Carol wars

For those of you who want to know what I'm ranting about in my previous post, here are the two versions of the carols - the one I'm used to in England and the ones sung by Canadians. First Oh Little Town of Bethlehem. The English version which was a folk song adapted by Ralph Vaughan Williams in 1903.

and here is the version sung in Canada (eek). Music by Louis Redner, an organist from Philadelphia, written in 1868.

Now for In the Bleak midwinter. Based on a poem by Christina Rossetti. Beautiful English version first by Holst. (1906)

and now for the version my Canadian family sing. Music by Harold Darke (1909). I see this version (not MY favourite) was voted the world's best Christmas carol in a poll of choirmasters. There's no accounting for taste is there?

Whichever version is "your" version , even if it's the wrong one, I'd like to wish you a Merry Christmas and happy carolling!


  1. You're in the New World now, sing it our way!

  2. Fair point but will I ever learn to love your funny tunes?
    Maybe that's when I become a Canadian? oh and when the scars heal from my winter boots.

  3. Yes, well, they're all a bit bleak, aren't they? They'd be bleak in mid-summer. Let's have some rousing tunes, shall we, before we all go unconscious, please? x

  4. How dare you madam. I love those dreary carols.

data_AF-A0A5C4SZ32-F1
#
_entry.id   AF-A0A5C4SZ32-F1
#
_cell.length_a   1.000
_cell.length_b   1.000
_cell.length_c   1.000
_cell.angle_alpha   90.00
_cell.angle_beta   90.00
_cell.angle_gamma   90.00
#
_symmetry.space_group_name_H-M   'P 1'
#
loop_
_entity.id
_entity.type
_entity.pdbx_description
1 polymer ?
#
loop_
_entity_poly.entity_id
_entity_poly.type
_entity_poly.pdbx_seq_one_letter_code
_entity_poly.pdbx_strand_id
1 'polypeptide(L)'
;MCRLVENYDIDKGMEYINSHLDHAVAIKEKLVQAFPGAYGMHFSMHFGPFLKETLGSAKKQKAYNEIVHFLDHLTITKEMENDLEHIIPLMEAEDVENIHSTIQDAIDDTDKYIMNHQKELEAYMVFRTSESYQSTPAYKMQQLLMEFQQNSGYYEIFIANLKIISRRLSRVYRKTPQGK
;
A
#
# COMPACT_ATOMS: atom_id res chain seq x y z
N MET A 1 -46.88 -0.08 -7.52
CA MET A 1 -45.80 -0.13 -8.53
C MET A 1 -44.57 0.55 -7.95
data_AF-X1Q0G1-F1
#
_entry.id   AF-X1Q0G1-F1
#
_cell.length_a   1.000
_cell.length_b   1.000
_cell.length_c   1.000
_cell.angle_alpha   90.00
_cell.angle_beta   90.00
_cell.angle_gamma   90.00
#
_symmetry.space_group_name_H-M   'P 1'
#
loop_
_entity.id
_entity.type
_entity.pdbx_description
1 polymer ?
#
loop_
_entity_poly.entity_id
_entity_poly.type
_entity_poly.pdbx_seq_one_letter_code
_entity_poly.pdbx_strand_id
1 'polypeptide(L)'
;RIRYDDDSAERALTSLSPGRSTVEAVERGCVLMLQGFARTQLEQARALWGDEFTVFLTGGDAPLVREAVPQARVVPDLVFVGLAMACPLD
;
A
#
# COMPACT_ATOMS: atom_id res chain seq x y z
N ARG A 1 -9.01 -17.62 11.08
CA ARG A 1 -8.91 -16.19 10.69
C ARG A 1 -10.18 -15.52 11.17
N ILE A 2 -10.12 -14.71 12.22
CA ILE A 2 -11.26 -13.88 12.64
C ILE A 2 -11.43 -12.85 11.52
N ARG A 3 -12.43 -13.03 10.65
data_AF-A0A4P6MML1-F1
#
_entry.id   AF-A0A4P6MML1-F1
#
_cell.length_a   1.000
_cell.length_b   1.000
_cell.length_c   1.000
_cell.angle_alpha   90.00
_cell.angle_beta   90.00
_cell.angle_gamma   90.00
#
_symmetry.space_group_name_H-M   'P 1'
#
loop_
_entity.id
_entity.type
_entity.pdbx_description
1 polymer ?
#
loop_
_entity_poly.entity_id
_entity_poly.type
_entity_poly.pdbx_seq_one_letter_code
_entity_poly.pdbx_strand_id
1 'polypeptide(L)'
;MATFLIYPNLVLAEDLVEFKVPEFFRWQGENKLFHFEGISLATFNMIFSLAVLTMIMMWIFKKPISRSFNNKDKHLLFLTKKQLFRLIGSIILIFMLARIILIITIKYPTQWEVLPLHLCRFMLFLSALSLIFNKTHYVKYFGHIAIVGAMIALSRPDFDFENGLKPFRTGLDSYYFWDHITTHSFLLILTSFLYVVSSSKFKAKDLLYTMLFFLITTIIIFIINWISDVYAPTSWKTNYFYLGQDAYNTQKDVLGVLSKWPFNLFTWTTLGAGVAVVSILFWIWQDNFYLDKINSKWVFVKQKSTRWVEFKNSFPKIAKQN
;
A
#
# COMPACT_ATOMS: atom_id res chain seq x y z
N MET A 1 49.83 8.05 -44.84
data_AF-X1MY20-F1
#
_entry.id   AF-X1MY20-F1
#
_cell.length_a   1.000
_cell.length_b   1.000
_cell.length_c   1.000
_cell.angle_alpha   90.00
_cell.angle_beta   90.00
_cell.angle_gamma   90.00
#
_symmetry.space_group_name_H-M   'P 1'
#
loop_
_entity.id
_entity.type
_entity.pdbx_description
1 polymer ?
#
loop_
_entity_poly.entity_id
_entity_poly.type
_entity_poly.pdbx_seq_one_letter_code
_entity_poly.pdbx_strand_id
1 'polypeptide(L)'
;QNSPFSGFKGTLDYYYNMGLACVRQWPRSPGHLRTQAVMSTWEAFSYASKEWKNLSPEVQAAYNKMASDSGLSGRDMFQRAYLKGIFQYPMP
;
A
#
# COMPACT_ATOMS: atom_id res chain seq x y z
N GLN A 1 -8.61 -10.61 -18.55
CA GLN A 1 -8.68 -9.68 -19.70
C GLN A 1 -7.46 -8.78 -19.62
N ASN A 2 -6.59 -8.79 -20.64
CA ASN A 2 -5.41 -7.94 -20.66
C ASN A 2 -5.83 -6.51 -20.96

5. Hi, I just stumbled across your blog and finding it a really interesting read. I'm a Briton hoping to move to Canada one day, I've spent around a month in Montreal in total, just visiting, long enough to fall in love with the country I think! I'm obviously trying to find out as much as I can regarding the whole immigration process, but I learn so much more by reading personal experiences such as your own. Thank you for sharing!

  6. Welcome. This isn't an official guide but you will get an idea of life here. I love it and it probably shows even though I'm often complaining about tea, carols, etc. I complained a lot in England too.

  7. I remember my first Christmas in the UK, hearing 'O Little Town of Bethlehem' at a carol service, and was so shocked to realise that the version that I had grown up with in Singapore was (North) American!

    So I still do like the American version (it's a childhood nostalgia thing), but I really like the English version as well - it's more musical and 'festive' to my ears. I guess our son will have to learn both when he is older, haha...

  8. Yes it's more festive - that's exactly what it is. Wow having to learn two versions of carols sounds like hard work. Of course if he has taste he will prefer the British one!


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